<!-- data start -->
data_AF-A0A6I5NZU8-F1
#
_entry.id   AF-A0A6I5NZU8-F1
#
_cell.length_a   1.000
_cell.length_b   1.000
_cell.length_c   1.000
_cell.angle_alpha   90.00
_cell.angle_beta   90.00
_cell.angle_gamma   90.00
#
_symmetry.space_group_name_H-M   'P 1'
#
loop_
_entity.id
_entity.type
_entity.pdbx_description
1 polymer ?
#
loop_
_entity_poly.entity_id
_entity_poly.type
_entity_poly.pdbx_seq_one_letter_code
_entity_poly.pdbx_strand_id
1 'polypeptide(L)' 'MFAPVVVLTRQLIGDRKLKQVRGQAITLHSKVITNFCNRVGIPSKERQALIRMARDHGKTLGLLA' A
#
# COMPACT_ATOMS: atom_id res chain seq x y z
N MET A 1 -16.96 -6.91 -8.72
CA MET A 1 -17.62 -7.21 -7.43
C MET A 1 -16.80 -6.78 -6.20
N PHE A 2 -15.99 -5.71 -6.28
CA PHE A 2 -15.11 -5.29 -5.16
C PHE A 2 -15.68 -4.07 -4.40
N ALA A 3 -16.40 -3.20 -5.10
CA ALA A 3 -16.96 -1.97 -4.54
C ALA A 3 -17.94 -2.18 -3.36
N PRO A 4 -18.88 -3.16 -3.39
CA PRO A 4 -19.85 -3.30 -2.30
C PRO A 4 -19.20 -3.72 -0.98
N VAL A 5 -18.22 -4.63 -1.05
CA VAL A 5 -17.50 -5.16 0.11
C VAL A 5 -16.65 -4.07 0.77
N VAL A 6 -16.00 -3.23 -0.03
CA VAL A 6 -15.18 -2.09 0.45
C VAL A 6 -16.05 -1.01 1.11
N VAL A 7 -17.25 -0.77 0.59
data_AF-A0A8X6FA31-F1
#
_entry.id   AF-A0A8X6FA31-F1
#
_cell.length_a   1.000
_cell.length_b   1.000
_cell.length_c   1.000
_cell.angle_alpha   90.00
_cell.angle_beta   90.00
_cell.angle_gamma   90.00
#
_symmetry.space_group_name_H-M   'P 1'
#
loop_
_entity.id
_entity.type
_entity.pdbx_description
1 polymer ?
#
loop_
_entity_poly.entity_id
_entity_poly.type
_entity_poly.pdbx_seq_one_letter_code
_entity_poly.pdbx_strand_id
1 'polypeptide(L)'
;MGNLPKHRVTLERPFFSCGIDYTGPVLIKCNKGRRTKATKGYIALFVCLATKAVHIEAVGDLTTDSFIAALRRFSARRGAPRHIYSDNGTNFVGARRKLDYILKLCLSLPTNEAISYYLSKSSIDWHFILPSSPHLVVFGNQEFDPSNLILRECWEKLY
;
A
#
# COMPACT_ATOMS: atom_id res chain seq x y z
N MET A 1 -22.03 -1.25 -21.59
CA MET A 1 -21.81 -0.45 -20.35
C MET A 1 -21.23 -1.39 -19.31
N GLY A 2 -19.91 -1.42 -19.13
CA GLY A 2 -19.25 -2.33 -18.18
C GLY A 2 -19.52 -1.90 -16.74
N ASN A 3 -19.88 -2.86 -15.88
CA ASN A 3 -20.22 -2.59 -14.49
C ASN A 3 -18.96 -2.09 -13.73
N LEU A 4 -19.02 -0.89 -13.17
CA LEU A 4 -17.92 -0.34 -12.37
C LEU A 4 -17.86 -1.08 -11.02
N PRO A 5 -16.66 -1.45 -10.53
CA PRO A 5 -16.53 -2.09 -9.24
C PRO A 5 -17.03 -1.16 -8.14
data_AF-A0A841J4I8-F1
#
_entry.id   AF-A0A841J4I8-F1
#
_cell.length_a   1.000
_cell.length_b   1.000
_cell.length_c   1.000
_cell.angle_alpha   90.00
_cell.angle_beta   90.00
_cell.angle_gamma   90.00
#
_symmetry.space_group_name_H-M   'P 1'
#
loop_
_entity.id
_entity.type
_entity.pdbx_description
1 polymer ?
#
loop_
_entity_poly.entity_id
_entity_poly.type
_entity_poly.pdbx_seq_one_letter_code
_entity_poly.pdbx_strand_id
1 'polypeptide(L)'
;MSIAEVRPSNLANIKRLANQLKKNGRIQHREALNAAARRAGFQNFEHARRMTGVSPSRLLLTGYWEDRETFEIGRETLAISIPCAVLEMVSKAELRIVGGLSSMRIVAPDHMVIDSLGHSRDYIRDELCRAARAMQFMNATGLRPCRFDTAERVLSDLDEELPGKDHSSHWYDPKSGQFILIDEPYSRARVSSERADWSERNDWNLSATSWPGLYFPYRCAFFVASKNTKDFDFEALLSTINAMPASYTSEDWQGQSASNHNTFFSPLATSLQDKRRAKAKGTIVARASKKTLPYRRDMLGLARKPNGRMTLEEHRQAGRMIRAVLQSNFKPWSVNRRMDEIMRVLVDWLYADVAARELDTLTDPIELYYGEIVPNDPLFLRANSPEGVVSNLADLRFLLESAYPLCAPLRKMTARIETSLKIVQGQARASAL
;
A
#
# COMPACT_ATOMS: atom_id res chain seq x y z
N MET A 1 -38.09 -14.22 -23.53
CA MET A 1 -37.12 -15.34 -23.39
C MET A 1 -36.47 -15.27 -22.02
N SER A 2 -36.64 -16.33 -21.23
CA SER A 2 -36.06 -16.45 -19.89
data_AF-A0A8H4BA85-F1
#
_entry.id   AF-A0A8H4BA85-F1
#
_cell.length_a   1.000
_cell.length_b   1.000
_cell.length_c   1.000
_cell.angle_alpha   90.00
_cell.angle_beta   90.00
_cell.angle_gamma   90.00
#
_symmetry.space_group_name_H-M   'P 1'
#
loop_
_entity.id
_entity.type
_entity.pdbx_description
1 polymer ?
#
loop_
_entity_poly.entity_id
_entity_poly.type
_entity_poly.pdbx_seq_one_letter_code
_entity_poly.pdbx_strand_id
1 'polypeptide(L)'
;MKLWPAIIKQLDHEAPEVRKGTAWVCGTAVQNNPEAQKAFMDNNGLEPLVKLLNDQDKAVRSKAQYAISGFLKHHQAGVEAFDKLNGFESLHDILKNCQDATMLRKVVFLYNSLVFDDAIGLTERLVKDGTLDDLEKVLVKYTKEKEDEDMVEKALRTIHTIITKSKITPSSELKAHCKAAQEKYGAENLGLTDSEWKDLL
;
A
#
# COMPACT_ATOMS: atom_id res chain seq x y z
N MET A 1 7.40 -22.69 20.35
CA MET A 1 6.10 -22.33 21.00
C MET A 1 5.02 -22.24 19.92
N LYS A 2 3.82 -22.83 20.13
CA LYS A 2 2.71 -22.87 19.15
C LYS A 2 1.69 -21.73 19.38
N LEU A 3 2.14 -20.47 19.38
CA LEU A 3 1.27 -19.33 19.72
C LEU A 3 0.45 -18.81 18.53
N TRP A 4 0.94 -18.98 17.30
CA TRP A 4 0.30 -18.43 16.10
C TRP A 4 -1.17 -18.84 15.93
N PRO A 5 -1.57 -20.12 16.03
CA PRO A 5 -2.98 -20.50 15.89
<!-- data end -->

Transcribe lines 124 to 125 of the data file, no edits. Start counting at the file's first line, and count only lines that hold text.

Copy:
C MET A 1 -36.47 -15.27 -22.02
N SER A 2 -36.64 -16.33 -21.23